DIA 2021 Annual Meeting: FDA Flags Master Protocols, Decentralized Trials as Focal Points
From the lessons learned in the COVID-19 pandemic, the FDA intends to push for greater use of master protocols, decentralized trials and digital health technology moving forward, said Acting Commissioner Janet Woodcock.
Woodcock said the FDA recognizes that master protocols such as RECOVERY, the ACTIV trials and the REMAP-CAP trial, among others, performed remarkably well and yielded the greatest amount of actionable data, especially for therapeutics.
“The issue with master protocols is they take a while to set up because they’re more complicated, but once they get up and running they can evaluate multiple agents efficiently, and you have kind of an anchor of understanding that trial network, how it’s performing, what you’ve seen already,” she said. “There’s a tremendous amount of validity that starts accruing as they run through agents and look at them.”
Center for Drug Evaluation and Research (CDER) Director Patrizia Cavazzoni called the pandemic a “turbocharge” for the use of master protocols. She noted that while the agency’s May guidance on the subject is still technically COVID-19 guidance, she expects and hopes that master protocols will be adopted to a much greater degree into the future.
“[I hope] that some of the infrastructure that we have put in place to run these protocols, clinical trials and coordination and so on, will actually remain a standing infrastructure or an infrastructure we can sort of reactivate as needed and might be deployed in other areas of unmet medical need,” Cavazzoni said.
Master protocols have seen a surge in acceptance as a result of the COVID-19 pandemic, which has shed a light on the need for “more structured and sustainable approaches” to evaluations of trials, according to a recent paper by lead author Jay J H Park and other researchers that was published in The Lancet.
Cavazzoni highlighted rare diseases as a potential area for master protocols, an area that Center for Biologics Evaluation and Research (CBER) Director Peter Marks seconded. Woodcock, Cavazzoni and Marks spoke at the closing session of the 2021 DIA annual meeting. Marks said that the use of platform trials, which may help to reduce the administrative burden involved in creating multiple protocols, is “really something [the FDA] can hopefully take forward.”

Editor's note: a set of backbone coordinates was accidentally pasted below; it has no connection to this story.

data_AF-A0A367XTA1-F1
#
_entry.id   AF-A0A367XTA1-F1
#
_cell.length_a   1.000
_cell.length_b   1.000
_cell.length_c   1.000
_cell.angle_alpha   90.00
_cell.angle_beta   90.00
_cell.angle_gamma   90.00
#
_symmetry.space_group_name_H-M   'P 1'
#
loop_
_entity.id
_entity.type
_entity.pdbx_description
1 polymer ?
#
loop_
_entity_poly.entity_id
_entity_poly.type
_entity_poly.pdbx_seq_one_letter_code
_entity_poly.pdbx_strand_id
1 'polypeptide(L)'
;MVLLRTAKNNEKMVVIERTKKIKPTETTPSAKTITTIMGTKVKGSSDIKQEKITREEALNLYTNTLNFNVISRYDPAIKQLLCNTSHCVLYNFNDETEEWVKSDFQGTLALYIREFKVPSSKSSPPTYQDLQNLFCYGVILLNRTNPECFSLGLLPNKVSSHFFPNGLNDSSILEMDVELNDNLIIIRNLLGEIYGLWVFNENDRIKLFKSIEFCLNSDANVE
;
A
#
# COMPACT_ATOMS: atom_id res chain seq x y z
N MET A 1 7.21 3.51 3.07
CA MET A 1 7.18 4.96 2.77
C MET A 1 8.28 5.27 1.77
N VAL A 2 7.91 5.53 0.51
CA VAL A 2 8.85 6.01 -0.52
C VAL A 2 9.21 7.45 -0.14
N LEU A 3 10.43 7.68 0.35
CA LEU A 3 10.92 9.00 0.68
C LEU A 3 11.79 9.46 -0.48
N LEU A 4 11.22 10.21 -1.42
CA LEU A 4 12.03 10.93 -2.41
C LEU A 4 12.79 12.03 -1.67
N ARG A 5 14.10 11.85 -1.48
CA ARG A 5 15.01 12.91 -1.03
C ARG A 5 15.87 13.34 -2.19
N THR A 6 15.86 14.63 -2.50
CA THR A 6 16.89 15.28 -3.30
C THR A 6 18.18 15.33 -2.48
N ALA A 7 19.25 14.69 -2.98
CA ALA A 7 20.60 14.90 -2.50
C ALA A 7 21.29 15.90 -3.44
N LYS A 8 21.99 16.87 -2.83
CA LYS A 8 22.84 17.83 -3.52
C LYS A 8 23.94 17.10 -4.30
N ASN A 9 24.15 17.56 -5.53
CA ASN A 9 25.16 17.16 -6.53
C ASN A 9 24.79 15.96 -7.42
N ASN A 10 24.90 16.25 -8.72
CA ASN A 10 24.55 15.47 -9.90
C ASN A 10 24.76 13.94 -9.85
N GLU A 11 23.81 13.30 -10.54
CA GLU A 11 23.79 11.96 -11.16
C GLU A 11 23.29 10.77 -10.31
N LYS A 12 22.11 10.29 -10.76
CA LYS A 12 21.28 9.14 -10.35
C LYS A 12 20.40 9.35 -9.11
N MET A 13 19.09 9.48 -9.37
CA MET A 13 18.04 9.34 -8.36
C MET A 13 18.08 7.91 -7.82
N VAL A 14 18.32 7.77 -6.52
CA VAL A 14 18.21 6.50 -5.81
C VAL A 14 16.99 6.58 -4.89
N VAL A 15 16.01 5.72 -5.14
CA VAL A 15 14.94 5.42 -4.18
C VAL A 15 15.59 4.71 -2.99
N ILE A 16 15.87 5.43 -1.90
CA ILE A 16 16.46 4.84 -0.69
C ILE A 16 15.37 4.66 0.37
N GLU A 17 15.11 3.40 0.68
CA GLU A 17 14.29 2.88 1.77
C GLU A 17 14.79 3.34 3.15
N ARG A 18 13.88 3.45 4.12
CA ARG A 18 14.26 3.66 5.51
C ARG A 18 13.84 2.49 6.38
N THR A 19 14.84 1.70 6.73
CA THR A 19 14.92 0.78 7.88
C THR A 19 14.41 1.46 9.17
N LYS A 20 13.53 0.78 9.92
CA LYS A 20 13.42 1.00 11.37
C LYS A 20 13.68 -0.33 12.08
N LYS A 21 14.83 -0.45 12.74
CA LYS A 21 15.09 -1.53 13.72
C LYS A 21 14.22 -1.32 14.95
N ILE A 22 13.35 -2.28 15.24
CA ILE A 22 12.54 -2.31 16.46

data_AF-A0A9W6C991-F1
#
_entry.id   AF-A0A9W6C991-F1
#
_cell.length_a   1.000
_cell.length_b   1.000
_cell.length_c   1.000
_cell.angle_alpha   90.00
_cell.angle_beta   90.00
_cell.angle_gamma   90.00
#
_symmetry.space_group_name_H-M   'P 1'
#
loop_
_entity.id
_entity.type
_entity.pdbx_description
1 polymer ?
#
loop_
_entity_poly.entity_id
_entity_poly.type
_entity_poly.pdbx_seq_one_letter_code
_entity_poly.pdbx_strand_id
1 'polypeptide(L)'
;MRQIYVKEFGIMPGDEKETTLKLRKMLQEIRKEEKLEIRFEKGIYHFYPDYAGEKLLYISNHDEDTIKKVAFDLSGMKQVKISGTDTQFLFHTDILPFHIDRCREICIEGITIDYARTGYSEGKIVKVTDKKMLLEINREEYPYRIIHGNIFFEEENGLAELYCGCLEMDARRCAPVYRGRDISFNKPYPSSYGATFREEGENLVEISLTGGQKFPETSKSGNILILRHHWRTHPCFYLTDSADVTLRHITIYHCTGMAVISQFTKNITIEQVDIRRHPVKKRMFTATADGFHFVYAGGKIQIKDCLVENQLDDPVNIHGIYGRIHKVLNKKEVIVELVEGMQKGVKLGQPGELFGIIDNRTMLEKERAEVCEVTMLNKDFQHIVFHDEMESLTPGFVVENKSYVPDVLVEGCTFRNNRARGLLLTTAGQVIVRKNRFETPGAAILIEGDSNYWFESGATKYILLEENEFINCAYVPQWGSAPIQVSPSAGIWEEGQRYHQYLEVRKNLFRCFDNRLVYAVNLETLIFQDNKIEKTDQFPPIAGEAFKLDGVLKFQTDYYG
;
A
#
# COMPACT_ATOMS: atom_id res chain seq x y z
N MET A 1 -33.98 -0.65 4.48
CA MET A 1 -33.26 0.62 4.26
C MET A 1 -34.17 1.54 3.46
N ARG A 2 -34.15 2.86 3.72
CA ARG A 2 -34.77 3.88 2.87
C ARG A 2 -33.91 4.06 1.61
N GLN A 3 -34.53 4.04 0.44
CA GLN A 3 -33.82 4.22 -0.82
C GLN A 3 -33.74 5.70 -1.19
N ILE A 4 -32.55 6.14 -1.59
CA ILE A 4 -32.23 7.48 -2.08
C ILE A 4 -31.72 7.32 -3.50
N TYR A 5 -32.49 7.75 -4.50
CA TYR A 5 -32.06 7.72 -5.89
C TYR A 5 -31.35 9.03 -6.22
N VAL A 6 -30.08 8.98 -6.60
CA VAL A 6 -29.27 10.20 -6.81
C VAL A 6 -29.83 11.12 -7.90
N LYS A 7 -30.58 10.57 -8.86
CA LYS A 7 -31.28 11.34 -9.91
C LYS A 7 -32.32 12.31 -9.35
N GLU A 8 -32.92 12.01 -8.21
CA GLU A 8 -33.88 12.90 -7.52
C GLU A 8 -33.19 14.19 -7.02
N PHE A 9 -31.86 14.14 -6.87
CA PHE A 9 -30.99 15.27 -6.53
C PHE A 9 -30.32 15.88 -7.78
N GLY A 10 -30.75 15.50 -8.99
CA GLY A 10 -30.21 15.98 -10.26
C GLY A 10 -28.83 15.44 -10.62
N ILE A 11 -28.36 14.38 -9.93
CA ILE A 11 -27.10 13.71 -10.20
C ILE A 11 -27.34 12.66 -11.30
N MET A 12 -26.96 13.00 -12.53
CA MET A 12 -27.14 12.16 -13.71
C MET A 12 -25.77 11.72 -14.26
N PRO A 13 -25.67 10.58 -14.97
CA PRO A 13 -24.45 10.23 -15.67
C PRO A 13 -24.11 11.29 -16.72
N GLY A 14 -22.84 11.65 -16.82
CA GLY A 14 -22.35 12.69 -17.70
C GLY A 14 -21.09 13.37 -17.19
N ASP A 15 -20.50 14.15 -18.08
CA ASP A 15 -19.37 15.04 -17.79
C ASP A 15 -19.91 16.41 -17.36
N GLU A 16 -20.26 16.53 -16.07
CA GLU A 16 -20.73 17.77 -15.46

Master protocols may also have potential beyond rare diseases as a way of making drug development more efficient, Cavazzoni said.
Additionally, they could help to answer critical questions about treatment policies for most diseases, according to Woodcock, who added that she will push for the use of master protocols conducted in the community as opposed to the ivory tower of research in the hopes of making trials more inclusive.
“Those questions are usually answered by expert opinion, not data. I think … clinical research is part of medical services that should be offered to people,” she said. “In fact … only about 8 percent of cancer patients are offered participation in clinical trials, yet today for many cancers, that’s going to be the best quality of care that you can get. I really think we need to examine that and figure out how we need to move out into the community. I think master protocols … and many of the remote tools we can use now, hopefully we can decrease the bureaucracy and so forth to get those really started and get the support that’s needed.”
The initiative to make trials more inclusive will be bolstered by upcoming CDER guidance on conduct for decentralized trials and the use of digital health technologies to remotely collect data, Cavazzoni said. Decentralized trials have been integral to keeping clinical research afloat during the pandemic, with the restrictions imposed on travel and in-person gathering, and the FDA is intent on taking advantage of what it’s learned throughout the crisis regarding decentralized trials and digital health tools.
“These tools are going to be essential in bringing more remote sites or community-based sites into clinical trials,” Cavazzoni said. “We could actually view access to clinical trials as a health equity issue.”
To Marks, the pandemic has shined a spotlight on the importance of working toward more pragmatic and inclusive trials. Having trials that can be conducted in the community through the use of remote assessments and other measures will help trial populations become more diverse and ultimately lead to better clinical evidence, the CBER chief said.
Dawn Anderson, a managing director for Deloitte Consulting’s life sciences practice, said that focus groups and surveys indicate that patients greatly enjoy the flexibility of decentralized trials. The trend of increased decentralized trial use, spurred by the pandemic, could very well become a new normal after the crisis is deemed to be over, she said.
“Two or three years ago, I could have pulled all my large global pharma clients and asked them how quickly they’d be doing decentralized trials, and they would have told me within the next five to six years,” said Anderson. “With COVID, all of a sudden, almost all of them had to put in place decentralized capabilities almost overnight, and patients may not be willing to return to traditional site visits when this pandemic is over.